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To make a favorable first impression on a job interview, it takes good preparation. The better you prep yourself, the higher chance you'll have of being selected for the position over the other candidates applying for the job.

There are several things you can do ahead of time to prepare for your interview. Doing so will relieve stress and also give you more time to deal with anything unexpected that might happen on the day of your appointment.

Dress to Impress

How you look is likely going to majorly impact your interviewer's first impressions of you. Since the goal is to get hired for the job, you want the employer to sit up and take notice of you. If you dress to impress, this can go a long way in leaving that coveted positive first impression. Even if the dress code is casual, you want to err on the side of caution and dress it up for the first meeting.

When choosing your clothing, be sure to wear appropriate business attire and, if it has been a while since you've worn the outfit, be sure it doesn't look too outdated and that it still fits. If not, consider going out to buy a new outfit to wear to your job interview.

Before you leave the house, do a quick mental check of yourself.  Did you remember to brush teeth, hair, and check to see your clothing is free of wrinkles? Take a quick peek in the mirror too. If you are doing a level of walking and planning to wear sneakers until you get there, be sure to remember to grab your dress shoes too.

Arrive on Time and Be Polite

In many societies, time equates to money, and being late for an appointment in these organizational cultures is typically frowned down upon. To avoid a potential late arrival, it is always a good idea to make a sincere effort to know where you have to go well ahead of the interview day. This is especially true if you aren't familiar with the area. If you are driving and are unsure of traffic patterns, whether or not traffic gets heavy at certain times or the day or how to get there, a good preparatory measure is to take a ride to the location well before the day of your interview. If possible, go at the time your interview is scheduled to take place so you get a good feel for the time needed to arrive to the interview on time. This way, you get a better feel for the flow of traffic during this time of day.  Additionally, if you aren't driving, get familiarized with bus or train schedules and do your homework to make sure you catch the right time for public transportation.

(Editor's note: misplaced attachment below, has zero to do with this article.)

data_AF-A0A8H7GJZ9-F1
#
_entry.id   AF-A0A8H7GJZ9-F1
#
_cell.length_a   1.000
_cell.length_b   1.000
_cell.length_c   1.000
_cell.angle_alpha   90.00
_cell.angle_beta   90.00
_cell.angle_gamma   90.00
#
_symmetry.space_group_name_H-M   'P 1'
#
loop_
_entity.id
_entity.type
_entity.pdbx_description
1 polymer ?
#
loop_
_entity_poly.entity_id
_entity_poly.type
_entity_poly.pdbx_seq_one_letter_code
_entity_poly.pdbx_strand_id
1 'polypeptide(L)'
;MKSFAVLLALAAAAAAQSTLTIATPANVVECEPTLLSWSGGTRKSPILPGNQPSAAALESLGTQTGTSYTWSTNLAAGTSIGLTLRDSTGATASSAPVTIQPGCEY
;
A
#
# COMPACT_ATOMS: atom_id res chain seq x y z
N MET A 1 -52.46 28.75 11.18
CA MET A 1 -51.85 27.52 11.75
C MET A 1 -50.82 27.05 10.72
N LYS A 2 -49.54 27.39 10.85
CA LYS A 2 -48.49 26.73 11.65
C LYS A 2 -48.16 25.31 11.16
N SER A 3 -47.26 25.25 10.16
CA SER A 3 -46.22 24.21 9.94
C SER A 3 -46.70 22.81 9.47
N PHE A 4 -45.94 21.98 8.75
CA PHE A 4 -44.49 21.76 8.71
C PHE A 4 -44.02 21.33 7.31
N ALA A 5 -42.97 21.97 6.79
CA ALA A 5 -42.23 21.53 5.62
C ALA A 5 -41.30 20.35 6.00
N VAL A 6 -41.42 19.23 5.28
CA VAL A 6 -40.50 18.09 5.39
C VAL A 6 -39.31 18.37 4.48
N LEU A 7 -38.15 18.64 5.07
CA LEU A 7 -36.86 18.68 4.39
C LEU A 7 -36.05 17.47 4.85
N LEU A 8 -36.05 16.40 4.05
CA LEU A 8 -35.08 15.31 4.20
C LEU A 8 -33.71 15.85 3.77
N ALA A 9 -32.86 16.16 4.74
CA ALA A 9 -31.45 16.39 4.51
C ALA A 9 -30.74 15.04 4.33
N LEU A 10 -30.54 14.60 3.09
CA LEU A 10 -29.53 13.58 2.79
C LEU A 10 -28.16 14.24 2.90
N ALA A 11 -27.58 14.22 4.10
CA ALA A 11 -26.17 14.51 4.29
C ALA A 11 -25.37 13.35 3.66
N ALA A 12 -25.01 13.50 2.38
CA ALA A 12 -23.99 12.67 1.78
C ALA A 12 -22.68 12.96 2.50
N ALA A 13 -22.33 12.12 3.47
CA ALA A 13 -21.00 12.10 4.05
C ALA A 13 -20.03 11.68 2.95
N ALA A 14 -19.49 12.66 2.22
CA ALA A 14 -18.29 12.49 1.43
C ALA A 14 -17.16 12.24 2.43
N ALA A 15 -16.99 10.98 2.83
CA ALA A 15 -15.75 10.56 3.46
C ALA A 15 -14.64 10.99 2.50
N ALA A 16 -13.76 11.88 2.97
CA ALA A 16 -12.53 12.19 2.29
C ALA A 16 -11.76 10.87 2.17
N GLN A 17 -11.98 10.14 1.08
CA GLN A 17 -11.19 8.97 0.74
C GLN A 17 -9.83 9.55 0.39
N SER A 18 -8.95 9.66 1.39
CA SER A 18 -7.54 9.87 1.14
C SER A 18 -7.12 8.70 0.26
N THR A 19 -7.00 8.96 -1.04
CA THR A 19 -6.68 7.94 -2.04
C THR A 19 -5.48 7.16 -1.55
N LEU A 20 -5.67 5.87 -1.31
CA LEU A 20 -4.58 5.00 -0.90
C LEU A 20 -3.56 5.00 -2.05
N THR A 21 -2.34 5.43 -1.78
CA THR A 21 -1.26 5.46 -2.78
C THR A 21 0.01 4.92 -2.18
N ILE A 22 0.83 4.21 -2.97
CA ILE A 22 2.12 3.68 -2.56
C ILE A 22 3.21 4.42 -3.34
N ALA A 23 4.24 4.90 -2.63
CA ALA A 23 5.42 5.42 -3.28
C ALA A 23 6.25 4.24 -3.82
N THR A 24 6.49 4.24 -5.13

Being punctual, if not early, will go a long way in making a stronger good impression. Also, when you get there, remember to make an extra effort to be nice to the person greeting you at the front desk. This person won't be interviewing you, but his or her impression of you might matter. According to The Muse, some companies ask their front desk people questions about interviewees. The article also recommends keeping your phone put away while you wait. [1]

Credit: Leigh Goessl

Planning for your trip to the interview appointment ahead of time will not only make you more comfortable with the trip to the interview, but will significantly reduce stress on the day of the interview and ensure you get there on time.

Get a Solid Feel for the Organization